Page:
After losing for the first time in eight games, the Iowa State women’s basketball team will return to the court tonight to take on a peculiar West Virginia squad.
In the non-conference season, the Mountaineers battled to the end with Iowa before barely dropping a game to the Hawks 84-81. That’s not too bad of a feat considering Iowa sits at No. 22 in the AP Poll.
However in its first Big 12 game of the year, West Virginia went down to a TCU team on the road that lost its next three games, including a 38-point beat down by the Cyclones.
Following the TCU loss and a second one to No. 13 Texas, the Mountaineers took two in a row from the likes of Oklahoma State and Oklahoma this past week.
“They’re a team that swept us last year in both games,” Iowa State coach Bill Fennelly said. “They’re playing really well. They have some dynamic scorers in Tynice Martin and Naomi Davenport. Typical next [game] on the schedule in the Big 12.”
Martin currently sits at sixth in the Big 12 scoring rankings averaging 16.8 points per game for her team. Not far behind is Davenport at 13th (13.9 ppg) and Katrina Pardee at 14th (13.0 ppg).
The trio has been a highlight to watch all season, though scoring is not their main forte.
“They’re a team that likes to play hard defense and turn you over,” Fennelly said. “[They’re] physical. That’s kind of West Virginia basketball.”
WVU is one of the most aggressive defenses in the Big 12, currently averaging 10.7 steals per game – a stat that leads the league. The Mountaineers are also near the top of the league in 3-point shooting. They currently sit second in the Big 12, only to No. 2 Baylor, shooting at a 37.7 percent clip.
For comparison, Iowa State is sixth, shooting 33.3 percent from downtown – that’s a stat Fennelly would like to see improve. Earlier this year, Fennelly stressed that if the team wanted to be great this season, 3-point shooting has to be better. Against Texas, the Cyclones ended the night with a 30 percent mark and only shot 25 percent in the first half.
There’s hope, however, that the stat will pick up, as sophomore Kristin Scott has heated up at the start of conference play. Scott, who averaged 4.8 points per game last season and finished shooting a 14.6 percent from outside, has improved drastically.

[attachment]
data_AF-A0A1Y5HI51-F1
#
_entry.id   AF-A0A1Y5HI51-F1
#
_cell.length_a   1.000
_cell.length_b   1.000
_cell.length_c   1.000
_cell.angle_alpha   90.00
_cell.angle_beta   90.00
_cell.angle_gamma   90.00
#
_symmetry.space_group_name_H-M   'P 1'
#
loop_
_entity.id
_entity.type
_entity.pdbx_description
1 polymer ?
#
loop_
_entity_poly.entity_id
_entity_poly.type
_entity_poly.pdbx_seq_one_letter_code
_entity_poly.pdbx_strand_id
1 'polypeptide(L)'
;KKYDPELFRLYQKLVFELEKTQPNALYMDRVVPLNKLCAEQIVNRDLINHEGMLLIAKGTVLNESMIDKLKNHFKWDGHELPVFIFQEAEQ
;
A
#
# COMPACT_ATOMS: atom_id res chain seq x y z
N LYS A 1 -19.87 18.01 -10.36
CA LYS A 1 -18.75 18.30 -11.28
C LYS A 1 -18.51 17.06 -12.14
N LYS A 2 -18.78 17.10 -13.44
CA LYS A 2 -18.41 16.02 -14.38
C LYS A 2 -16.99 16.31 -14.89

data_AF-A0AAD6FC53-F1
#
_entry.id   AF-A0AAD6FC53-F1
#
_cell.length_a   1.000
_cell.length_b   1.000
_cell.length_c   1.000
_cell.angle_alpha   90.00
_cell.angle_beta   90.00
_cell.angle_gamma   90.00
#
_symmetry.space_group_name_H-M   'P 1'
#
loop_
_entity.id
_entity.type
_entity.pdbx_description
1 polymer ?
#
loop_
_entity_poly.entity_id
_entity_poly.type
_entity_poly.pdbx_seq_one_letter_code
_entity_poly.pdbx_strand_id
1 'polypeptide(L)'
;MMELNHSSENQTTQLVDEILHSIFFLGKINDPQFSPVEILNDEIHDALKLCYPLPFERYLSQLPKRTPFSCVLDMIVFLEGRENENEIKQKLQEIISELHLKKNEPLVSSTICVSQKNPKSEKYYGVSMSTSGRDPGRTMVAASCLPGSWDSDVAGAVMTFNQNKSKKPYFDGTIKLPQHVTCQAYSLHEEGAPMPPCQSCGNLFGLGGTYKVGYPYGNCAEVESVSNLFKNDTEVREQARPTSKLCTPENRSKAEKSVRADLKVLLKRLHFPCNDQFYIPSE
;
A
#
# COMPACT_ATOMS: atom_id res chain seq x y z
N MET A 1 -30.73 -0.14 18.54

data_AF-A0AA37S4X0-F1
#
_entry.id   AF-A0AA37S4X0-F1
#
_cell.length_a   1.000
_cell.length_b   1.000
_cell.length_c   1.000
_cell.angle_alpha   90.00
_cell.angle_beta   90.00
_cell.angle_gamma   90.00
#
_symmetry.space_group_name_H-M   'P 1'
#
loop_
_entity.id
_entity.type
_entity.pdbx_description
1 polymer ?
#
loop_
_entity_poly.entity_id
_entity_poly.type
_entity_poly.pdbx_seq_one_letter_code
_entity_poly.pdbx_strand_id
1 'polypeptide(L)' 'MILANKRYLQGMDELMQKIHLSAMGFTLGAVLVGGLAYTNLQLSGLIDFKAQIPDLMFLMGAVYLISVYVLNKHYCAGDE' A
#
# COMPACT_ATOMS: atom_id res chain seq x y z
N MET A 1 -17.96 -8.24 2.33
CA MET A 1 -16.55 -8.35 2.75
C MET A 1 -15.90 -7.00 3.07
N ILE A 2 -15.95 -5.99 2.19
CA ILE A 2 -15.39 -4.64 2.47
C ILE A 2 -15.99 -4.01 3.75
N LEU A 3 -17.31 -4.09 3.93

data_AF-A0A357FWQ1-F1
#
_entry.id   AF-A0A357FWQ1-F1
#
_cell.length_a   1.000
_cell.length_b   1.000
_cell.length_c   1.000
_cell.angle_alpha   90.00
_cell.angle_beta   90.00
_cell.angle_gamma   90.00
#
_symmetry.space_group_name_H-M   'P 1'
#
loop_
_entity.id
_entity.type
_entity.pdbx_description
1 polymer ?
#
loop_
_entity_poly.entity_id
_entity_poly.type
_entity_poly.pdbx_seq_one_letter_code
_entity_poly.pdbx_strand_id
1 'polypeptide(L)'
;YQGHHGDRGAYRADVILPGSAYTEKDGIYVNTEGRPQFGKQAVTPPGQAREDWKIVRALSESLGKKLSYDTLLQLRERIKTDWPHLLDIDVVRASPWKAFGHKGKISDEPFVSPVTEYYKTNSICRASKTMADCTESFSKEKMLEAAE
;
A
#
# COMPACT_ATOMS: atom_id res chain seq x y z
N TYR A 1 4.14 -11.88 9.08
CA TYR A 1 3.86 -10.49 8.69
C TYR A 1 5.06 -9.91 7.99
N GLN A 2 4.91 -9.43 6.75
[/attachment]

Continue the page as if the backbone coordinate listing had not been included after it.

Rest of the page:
“[Scott] made a big jump,” senior Meredith Burkhall said. “Just from her confidence, her shooting, her talking… everything about her game has taken the next step up.”
This year, Scott is leading the team with a 45.2 percent mark in 3-point shooting (minimum of two shot attempts per game). Pair that with her Big 12 leading 64.3 percent from the field and it’s easy to see why she has been one of the biggest stories of the season for this team.
“[Scott’s] numbers – like someone told me – are video-game like right now,” Fennelly said. “She’s played really well. She’s doing the things that we need her to do. She’s filled a role for us that gives us some points and another option in the post, which we need.”
Fennelly still rotates three post players into the game in the first quarter – something he tries to do every game – to see who has the hot hand on any given night.
Though recently, it’s hard to deny Scott.
“She’s made great progress from her freshman to sophomore year,” Fennelly said. “It’s a tribute to her. Coach Schaben and Coach Steyer have done a good job of really teaching her some things and working with her. I’m very proud of her development and certainly hope she continues to grow into a role on our team.”
Scott and the Cyclones arrived in Morgantown on Tuesday evening, preparing to go to battle with the Mountaineers in their fourth true road game of the season.
Though the team sports a 1-2 mark in road games this year, freshman Ashley Joens said the traveling is a blast.
“To be able to play, especially with this team, is a lot of fun,” Joens said. “[I’m] just excited to get out there and play again.”
Iowa State and West Virginia tip off Wednesday at 6:00 p.m. CT and although the game is not televised, Chris Williams and Lyndsey Fennelly will have the call on the Cyclone Radio Network.